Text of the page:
Worldwide Droughts Bring Famine Summary

  • Last updated on November 10, 2022

A worldwide drought in 1972 and 1973 precipitated food shortages and a rise in food prices in several regions of the world.

Summary of Event

During 1972 and 1973, many regions of the world experienced one of the most severe droughts of the century. Particularly severe conditions affected the Sahel of northern Africa south of the Sahara, the Soviet Union, India, China, Australia, and Amazonia. Some areas experienced famine, hunger, and starvation, whereas others suffered only crop shortages but had to import foodstuffs, causing prices to rise worldwide. Famine Droughts Agriculture;droughts [kw]Worldwide Droughts Bring Famine (1972-1973) [kw]Droughts Bring Famine, Worldwide (1972-1973) [kw]Famine, Worldwide Droughts Bring (1972-1973) Famine Droughts Agriculture;droughts [g]Africa;1972-1973: Worldwide Droughts Bring Famine[00550] [g]South America;1972-1973: Worldwide Droughts Bring Famine[00550] [g]Soviet Union;1972-1973: Worldwide Droughts Bring Famine[00550] [g]East Asia;1972-1973: Worldwide Droughts Bring Famine[00550] [g]Australia/New Zealand;1972-1973: Worldwide Droughts Bring Famine[00550] [g]Senegal;1972-1973: Worldwide Droughts Bring Famine[00550] [g]Ethiopia;1972-1973: Worldwide Droughts Bring Famine[00550] [g]Kenya;1972-1973: Worldwide Droughts Bring Famine[00550] [g]Côte d’Ivoire;1972-1973: Worldwide Droughts Bring Famine[00550] [g]Brazil;1972-1973: Worldwide Droughts Bring Famine[00550] [g]Peru;1972-1973: Worldwide Droughts Bring Famine[00550] [g]Ecuador;1972-1973: Worldwide Droughts Bring Famine[00550] [g]China;1972-1973: Worldwide Droughts Bring Famine[00550] [c]Agriculture;1972-1973: Worldwide Droughts Bring Famine[00550] [c]Disasters;1972-1973: Worldwide Droughts Bring Famine[00550] Bryson, Reid A. Glantz, Michael Schneider, Stephen Henry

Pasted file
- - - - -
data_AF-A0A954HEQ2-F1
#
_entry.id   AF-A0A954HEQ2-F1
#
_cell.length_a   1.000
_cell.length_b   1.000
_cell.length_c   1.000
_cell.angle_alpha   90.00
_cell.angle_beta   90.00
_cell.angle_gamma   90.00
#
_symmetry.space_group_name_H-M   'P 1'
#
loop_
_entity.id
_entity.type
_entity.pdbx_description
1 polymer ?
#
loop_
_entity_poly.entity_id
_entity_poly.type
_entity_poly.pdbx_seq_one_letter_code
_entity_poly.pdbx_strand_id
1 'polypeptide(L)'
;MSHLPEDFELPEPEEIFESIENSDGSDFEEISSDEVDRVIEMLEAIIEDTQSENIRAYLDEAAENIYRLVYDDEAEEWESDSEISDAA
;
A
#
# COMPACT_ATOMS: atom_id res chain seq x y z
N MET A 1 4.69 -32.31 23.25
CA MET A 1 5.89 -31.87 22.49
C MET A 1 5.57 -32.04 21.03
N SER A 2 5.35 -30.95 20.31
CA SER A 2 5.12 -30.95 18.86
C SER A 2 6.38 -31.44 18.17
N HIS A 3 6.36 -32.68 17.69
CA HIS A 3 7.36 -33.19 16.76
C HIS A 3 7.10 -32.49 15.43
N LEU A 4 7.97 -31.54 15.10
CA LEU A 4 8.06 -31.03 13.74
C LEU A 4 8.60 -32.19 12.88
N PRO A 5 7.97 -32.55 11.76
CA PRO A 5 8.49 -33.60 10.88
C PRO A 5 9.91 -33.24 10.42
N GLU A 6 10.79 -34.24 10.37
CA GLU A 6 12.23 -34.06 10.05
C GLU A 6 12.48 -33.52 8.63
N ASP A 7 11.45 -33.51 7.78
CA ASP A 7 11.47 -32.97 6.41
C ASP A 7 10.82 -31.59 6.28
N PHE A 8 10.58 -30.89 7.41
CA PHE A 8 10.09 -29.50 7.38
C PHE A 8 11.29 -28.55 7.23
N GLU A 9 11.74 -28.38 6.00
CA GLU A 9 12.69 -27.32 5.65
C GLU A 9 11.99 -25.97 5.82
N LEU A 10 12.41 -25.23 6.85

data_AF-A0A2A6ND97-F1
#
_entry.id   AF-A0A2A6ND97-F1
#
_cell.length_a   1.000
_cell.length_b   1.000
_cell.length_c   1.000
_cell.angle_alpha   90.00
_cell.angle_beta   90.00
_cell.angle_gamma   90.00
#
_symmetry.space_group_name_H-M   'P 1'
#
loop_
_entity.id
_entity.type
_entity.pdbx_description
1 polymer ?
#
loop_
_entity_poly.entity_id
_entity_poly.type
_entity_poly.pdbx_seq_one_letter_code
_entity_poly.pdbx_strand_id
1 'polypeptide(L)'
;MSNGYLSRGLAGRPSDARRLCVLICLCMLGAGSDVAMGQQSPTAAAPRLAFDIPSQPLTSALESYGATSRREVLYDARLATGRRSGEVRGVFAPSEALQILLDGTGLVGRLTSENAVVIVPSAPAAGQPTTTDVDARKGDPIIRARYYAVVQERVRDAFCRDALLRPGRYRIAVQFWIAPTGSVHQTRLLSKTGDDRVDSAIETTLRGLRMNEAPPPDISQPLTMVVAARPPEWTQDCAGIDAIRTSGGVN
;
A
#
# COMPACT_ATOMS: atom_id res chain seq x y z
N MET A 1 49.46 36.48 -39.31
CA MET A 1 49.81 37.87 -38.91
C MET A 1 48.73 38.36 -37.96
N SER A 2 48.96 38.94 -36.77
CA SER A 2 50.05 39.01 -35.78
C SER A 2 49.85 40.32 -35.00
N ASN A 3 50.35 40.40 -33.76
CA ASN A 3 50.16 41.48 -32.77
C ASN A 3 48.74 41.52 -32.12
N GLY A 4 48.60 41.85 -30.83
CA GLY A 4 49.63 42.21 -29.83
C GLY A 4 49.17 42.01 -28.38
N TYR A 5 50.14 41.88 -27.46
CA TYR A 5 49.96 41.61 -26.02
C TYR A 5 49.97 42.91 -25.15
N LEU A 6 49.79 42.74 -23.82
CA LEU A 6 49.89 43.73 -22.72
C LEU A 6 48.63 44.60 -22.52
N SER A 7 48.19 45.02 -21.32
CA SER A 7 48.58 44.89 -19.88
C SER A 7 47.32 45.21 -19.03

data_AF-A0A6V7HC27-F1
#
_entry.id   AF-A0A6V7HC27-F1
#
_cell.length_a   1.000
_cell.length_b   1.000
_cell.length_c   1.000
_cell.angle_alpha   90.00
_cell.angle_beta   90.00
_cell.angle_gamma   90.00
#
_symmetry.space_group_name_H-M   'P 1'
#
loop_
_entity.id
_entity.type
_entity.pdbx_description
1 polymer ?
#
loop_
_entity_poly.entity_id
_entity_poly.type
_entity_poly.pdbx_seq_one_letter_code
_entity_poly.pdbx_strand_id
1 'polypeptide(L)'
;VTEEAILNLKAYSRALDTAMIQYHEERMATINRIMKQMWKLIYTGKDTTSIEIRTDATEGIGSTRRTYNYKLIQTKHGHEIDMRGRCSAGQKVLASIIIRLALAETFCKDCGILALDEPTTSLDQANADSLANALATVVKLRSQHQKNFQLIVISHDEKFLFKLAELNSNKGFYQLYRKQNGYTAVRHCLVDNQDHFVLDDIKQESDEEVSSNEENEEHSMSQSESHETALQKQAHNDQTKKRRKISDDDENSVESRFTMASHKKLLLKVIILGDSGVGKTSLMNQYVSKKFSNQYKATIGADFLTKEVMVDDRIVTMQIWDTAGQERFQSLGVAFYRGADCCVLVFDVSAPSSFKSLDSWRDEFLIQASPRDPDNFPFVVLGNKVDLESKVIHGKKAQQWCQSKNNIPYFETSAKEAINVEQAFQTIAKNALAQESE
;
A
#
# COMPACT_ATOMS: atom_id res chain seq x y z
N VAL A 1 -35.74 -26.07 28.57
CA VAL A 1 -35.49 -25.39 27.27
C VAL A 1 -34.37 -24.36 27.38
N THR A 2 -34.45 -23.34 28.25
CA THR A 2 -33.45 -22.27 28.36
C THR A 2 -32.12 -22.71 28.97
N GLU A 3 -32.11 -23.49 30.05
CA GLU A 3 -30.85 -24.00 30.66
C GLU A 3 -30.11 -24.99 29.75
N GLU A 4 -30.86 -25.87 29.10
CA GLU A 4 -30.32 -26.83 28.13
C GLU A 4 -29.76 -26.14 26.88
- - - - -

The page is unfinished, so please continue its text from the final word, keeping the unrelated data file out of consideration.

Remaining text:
Drought is difficult to define, as are its specific causes. In general, a region that experiences subnormal precipitation over an unspecified period of time can be said to be suffering from drought. The events that caused the global drought of 1972-1973 occurred throughout the world and resulted in changes to the physical environment, especially the atmosphere, brought about by both natural and human actions. Areas most prone to drought are desert rims and semiarid steppe regions. Precipitation in these areas is unreliable, and even small changes in precipitation can initiate a drought.

Several conditions were cited as causal factors of drought in the early 1970’s. These included a change in the seasonal position of the Intertropical Convergence Zone Intertropical Convergence Zone (ITCZ) and subtropical highs, a change in summer monsoonal circulation, displacement of midlatitude storm tracks caused by expansion of circumpolar westerly winds into lower latitudes and the development of persistent blocking systems in the middle latitudes, and an El Niño-Southern Oscillation event along with the inhibition of cold, upwelling coastal waters.